2. 2. Prathusha.Perugu, Krishna veni / International Journal of Engineering Research and Applications (IJERA) ISSN: 2248-9622 www.ijera.com Vol. 2, Issue 5, September- October 2012, pp.246-249 primitives and is characterized by a high degree of 12000 local variations of grey-levels. First we compute the 10000 first derivative of the autocorrelation function in a 8000 separable way according to rows and columns, respectively.Two functions 𝐶𝑥 𝑖, 𝑗 𝑎𝑛𝑑 𝐶𝑦 𝑖, 𝑗 are 6000 then obtained 4000 𝐶𝑥 𝑖, 𝑗 = 𝑓 𝑖, 𝑗 − 𝑓 𝑖 + 1, 𝑗 2000 𝐶𝑦 𝑖, 𝑗 = 𝑓 𝑖, 𝑗 − 𝑓 𝑖, 𝑗 + 1 (2) 0 0 100 200 Second, we compute the first derivatives of the obtained functions 𝐶𝑥(𝑖, 𝑗)and 𝐶𝑦 𝑖, 𝑗 in a Fig :3 Randomly selected scaled image and its separable way according to rows and columns. Two histogram functions 𝐶𝑥𝑥(𝑖, 𝑗) and 𝐶𝑦𝑦(𝑖, 𝑗)are then obtained 𝐶𝑥𝑥 𝑖, 𝑗 = 𝐶𝑥 𝑖, 𝑗 − 𝐶𝑥 𝑖 + 1, 𝑗 After applying the autocorrelation fucntion the 𝐶𝑦𝑦 𝑖, 𝑗 = 𝐶𝑦 𝑖, 𝑗 − 𝐶𝑦(𝑖, 𝑗 + 1) (3) image is shown in figure 4 and its equivalent histogram. To detect maxima, we use the following equations 4 x 10 (according to rows and columns, respectively): 3 2.5 2 𝐶𝑥 𝑖, 𝑗 = 0 1.5 1 0.5 𝐶𝑥𝑥 𝑖, 𝑗 < 0 (4) 0 0 0.1 0.2 0.3 0.4 0.5 0.6 0.7 0.8 0.9 1 𝐶𝑦 𝑖, 𝑗 = 0 Fig:4 Autocorrelation applied on scaled image and its histogram 𝐶𝑦𝑦 𝑖, 𝑗 < 0 (5)III. Computational measures for Textural Coarseness, denoted ,Cs is estimated as the average number of maxima in the autocorrelation function: a features coarse texture will have a small number of maxima Perceptual features ave been largely used and a fine texture will have a large number of both in texture retrieval and content-based image maxima. Let 𝑀𝑎𝑥𝑥 𝑖, 𝑗 = 1if pixel (i,j) is a retrieval (CBIR)[4] systems like: maximum on rows and𝑀𝑎𝑥𝑥 𝑖, 𝑗 = 0 if pixel is not • IBM QBIC system which implements Tamura features. a maximum on rows. Similarly Let 𝑀𝑎𝑥𝑦 𝑖, 𝑗 = • Candid by the Los Alamos National Lab’s by 1 if pixel is a maximum on columns and Kelly et alii using Laws filters . 𝑀𝑎𝑥𝑦 𝑖, 𝑗 = 0 if pixel is not a maximum on • Photobook by Pentland et alii from MIT referring columns. Coarseness can be expressed by the to Wold Texture decomposition model following equation: 1 The general estimation process of computational 𝐶𝑠 𝑛 −1 𝑚 −1 𝑀𝑎𝑥𝑥 𝑖,𝑗 + 𝑚 −1 𝑛 −1 (6) 1/2𝑋( 𝑖=0 𝑗 =0 𝑗 =0 𝑖=0 𝑀𝑎𝑥𝑦 (𝑖,𝑗 )/𝑚 measures simulating human visual perception is as 𝑛 follows [3] . The denominator gives the number of maxima according to rows and columns. The more Step :1 The autocorrelation 𝑓(𝛿𝑖, 𝛿𝑗) is computed the number of maxima is high, the less the on Image 𝐼(𝑖, 𝑗). coarseness is and vice-versa. Step 2 : Then, the convolution of the autocorrelation function and the gradient of the Gaussian function is B. Contrast computed in a separable way Contrast measures the degree of clarity Step 3 : Based on these two functions, with which one can distinguish between different computational measures for each perceptual feature primitives in a texture. A well contrasted image is are computed an image in which primitives are clearly visible and separable. Local contrast is commonly defined for A.Coarseness each pixel as an estimate of the local variation in a Coarseness is the most important feature , neighborhood. More precisely, given a pixel p=(i,j) it is coarseness that determines the existence of and neighbor mask W X Wof the pixel, local texture in an image. Coarseness measures the size of contrast is computed as the primitives that constitute the texture. A coarse texture is composed of large primitives and is 𝑚𝑎𝑥𝑝 ∈𝑊𝑋𝑊 𝑃 − 𝑚𝑖𝑛𝑝 ∈𝑊𝑋𝑊 (𝑃) characterized by a high degree of local uniformity of 𝐿_𝐶𝑡 𝑖, 𝑗 = (7) 𝑚𝑎𝑥𝑝 ∈𝑊𝑋𝑊 𝑃 +𝑚𝑖𝑛𝑝 ∈𝑊𝑋𝑊 (𝑃) grey-levels. A fine texture is constituted by small 247 | P a g e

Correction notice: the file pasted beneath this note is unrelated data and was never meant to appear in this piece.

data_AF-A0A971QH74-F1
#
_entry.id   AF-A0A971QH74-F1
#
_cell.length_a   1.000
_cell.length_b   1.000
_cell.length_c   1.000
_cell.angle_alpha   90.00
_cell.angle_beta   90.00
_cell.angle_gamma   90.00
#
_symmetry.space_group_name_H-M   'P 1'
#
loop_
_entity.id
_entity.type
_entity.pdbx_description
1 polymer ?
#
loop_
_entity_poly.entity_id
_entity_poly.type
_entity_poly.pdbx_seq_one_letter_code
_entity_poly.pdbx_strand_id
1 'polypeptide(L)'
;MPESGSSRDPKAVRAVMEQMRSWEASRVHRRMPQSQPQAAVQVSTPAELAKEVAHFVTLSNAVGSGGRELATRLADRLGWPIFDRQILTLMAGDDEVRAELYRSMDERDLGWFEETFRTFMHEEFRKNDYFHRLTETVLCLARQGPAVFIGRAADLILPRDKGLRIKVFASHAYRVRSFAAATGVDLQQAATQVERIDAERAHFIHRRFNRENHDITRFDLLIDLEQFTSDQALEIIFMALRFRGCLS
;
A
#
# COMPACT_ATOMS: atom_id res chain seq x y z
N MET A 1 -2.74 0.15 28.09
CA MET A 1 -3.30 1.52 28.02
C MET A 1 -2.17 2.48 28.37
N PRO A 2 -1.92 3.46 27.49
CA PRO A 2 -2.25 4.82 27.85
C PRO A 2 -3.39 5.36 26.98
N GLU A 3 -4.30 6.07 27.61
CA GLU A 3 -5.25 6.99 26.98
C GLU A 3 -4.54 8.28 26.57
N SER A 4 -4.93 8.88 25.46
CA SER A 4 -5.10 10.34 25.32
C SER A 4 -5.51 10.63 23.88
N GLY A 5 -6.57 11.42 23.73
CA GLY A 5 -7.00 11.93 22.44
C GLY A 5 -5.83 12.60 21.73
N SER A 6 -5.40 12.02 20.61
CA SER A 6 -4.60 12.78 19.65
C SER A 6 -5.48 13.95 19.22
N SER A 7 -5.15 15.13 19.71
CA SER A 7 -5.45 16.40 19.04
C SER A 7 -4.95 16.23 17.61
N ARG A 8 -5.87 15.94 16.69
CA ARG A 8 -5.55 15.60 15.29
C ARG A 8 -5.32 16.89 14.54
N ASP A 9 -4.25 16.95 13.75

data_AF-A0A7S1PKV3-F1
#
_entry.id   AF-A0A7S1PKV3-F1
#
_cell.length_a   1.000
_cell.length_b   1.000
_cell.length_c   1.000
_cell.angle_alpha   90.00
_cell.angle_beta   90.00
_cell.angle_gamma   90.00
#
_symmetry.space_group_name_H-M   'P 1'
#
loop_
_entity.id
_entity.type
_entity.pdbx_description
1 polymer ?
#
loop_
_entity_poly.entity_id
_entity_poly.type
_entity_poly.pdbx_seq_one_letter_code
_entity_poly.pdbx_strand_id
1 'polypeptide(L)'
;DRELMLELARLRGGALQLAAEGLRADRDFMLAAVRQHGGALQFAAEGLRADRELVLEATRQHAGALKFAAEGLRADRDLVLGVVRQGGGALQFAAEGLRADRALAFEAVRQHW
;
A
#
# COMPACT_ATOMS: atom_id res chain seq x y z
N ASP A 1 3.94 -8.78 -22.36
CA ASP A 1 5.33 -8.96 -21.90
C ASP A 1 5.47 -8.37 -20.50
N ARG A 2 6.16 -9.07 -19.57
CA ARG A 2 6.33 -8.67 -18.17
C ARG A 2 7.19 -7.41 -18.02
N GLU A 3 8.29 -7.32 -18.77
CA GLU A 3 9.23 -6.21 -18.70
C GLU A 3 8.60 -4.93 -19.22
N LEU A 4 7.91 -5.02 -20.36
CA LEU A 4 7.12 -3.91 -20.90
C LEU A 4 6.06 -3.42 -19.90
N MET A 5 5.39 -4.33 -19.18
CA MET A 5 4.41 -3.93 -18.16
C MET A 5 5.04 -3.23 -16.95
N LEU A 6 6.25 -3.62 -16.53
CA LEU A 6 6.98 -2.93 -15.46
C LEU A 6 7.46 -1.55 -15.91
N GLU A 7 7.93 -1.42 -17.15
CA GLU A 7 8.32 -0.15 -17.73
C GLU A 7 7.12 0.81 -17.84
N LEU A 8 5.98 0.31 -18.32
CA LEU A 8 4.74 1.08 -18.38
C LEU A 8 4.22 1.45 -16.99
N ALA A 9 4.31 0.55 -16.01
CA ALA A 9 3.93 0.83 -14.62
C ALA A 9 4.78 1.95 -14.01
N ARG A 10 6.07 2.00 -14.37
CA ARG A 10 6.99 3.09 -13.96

3. 3. Prathusha.Perugu, Krishna veni / International Journal of Engineering Research and Applications (IJERA) ISSN: 2248-9622 www.ijera.com Vol. 2, Issue 5, September- October 2012, pp.246-249We propose to measure the global contrast as the orientation(s) 𝑑 . Let 𝜃𝑑 𝑖, 𝑗 = 1 if pixel(i,j) has aglobal arithmetic mean of all the local contrast dominant orientation 𝜃𝑑 and 𝜃𝑑 𝑖, 𝑗 = 0 if pixelvalues over the image: (i, j) does not have a dominant orientation.We consider only dominant orientations 𝜃𝑑 that are 1 𝑛 𝑚𝐺_𝐶𝑡 = 𝑖=1 𝑗 =𝑖 𝐿+ 𝐶𝑡(𝑖, 𝑗) (8) present in a sufficient number of pixels, and then 𝑚 ∗𝑛 more than a threshold t so that orientation becomeswhere n, m are the dimensions of the image. visible. Let us denote the number of non oriented pixels 𝑁𝜃𝑛𝑑 The degree of directionality 𝑁𝜃𝑑 of an image can be expressed by the following equation: 𝑛 −1 𝑚 −1 𝑖=0 𝑗 =0 𝜃𝑑 𝑖,𝑗 𝑁𝜃𝑑 = 𝑛𝑋𝑚 −𝑁𝜃𝑛𝑑 (10) The more NӨd is large, the more the image is directional. The more NӨd is small, the more the image is nondirectional. IV. Experimental ResultsFig. 5 The less and the most contrasted texture in the The Computational perceptual features areVis Tex database. used to retrieve the image. Figure 6 shows the window to select the query image. Among the In Figure 5 are shown the most and the available images the image isless contrasted textures in Vis Tex texture database[5] as respect to the proposed measureC. Directionality Regarding directionality,we want toestimate two parameters: the dominant orientation(s)and the degree of directionality. Orientation refers tothe global orientation of primitives that constitutethe texture. The degree of directionality is related tothe visibility of the dominant orientation(s) in animage, and refers to the number of pixels having thedominant orientation(s).Orientation Estimation: When considering theautocorrelation function, one can notice twophenomena concerning the orientation: Figure 6 : Window to select query image 1. existing orientation in the original image is savedin the corresponding autocorrelation function; retrieved .In the figure 7 we can see the total number 2. the usage of the autocorrelation function instead of retrieved images is Nine. Precision of the imageof the original image allows retrieved is calculated as total number of relaventkeeping the global orientation rather than the local images / total number of images i.e Precision = 6/9orientation when one uses the original image. =0.667 in this exampleIt follows that the global orientation of the imagecan be estimated by applying the gradient on theautocorrelation function of the original imageaccording to the lines Cx and according to thecolumns Cy . The orientation Ө is given by 𝐶𝑦 𝜃 = arctan⁡ 𝐶𝑥 ) ( (9)We consider only pixels with a significantorientation. A pixel is considered as oriented if itsamplitude is superior than a certain threshold t. Directionality Estimation:For directionality, we consider the number of pixels having dominant Figure 7 : Retrieved images 248 | P a g e
  4. 4. Prathusha.Perugu, Krishna veni / International Journal of Engineering Research and Applications (IJERA) ISSN: 2248-9622 www.ijera.com Vol. 2, Issue 5, September- October 2012, pp.246-249 V. Conclusion An Innovative method is used to contentbased image retrieval using perceptual features oftexture. The precision is calculated and shownexperimentally that it is 0.6 to 0.8. And this methodof image retrieval is effective compared to existingmethods.References : 1. N. Abbadeni, D. Ziou, and S. Wang. Autocovariance based perceptual textural features corresponding to human visual perception. to appear in the Proceedingsof the 15th International Conference on PatternRecognition, Barcelona, Spain, September 3-8, 2000 2. P. Brodatz, Textures: A Photographic Album for Artists and Designers. 3. New York: Dover, 1966. 4. Noureddine Abbadeni Computational Perceptual Features for Texture Representation and Retrieval IEEE transactions on Image processing, Vol. 20, NO. 1, January 2011 5. Sara Sanam1, Sudha Madhuri.M ,Perception based Texture Classification,Representation and Retrieval , International Journal of Computer Trends and Technology- volume3 Issue1- 2012 6. VISTEX texture database: 7. http://www.white.media.mit.edu/vismod/ima gery/VisionTexture/ vistex.html 249 | P a g e